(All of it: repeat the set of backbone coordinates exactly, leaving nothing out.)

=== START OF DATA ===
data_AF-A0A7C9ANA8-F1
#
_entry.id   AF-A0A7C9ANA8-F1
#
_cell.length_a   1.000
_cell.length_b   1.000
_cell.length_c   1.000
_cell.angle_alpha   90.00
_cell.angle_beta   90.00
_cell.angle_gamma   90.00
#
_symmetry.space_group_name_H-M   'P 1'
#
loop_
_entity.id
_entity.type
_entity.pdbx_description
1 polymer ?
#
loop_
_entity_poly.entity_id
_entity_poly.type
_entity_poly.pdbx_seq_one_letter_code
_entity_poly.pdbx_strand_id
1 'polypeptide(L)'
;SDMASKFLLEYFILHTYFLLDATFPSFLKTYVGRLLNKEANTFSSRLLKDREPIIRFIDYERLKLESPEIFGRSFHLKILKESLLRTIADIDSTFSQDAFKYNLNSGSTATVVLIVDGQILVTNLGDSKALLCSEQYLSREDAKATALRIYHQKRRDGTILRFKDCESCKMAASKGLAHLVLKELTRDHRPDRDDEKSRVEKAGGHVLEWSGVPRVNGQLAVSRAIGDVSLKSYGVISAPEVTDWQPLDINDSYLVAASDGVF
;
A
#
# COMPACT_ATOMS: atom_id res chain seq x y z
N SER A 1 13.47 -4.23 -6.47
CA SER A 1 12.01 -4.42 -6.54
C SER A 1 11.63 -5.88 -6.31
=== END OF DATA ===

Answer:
data_AF-A0A7C9ANA8-F1
#
_entry.id   AF-A0A7C9ANA8-F1
#
_cell.length_a   1.000
_cell.length_b   1.000
_cell.length_c   1.000
_cell.angle_alpha   90.00
_cell.angle_beta   90.00
_cell.angle_gamma   90.00
#
_symmetry.space_group_name_H-M   'P 1'
#
loop_
_entity.id
_entity.type
_entity.pdbx_description
1 polymer ?
#
loop_
_entity_poly.entity_id
_entity_poly.type
_entity_poly.pdbx_seq_one_letter_code
_entity_poly.pdbx_strand_id
1 'polypeptide(L)'
;SDMASKFLLEYFILHTYFLLDATFPSFLKTYVGRLLNKEANTFSSRLLKDREPIIRFIDYERLKLESPEIFGRSFHLKILKESLLRTIADIDSTFSQDAFKYNLNSGSTATVVLIVDGQILVTNLGDSKALLCSEQYLSREDAKATALRIYHQKRRDGTILRFKDCESCKMAASKGLAHLVLKELTRDHRPDRDDEKSRVEKAGGHVLEWSGVPRVNGQLAVSRAIGDVSLKSYGVISAPEVTDWQPLDINDSYLVAASDGVF
;
A
#
# COMPACT_ATOMS: atom_id res chain seq x y z
N SER A 1 13.47 -4.23 -6.47
CA SER A 1 12.01 -4.42 -6.54
C SER A 1 11.63 -5.88 -6.31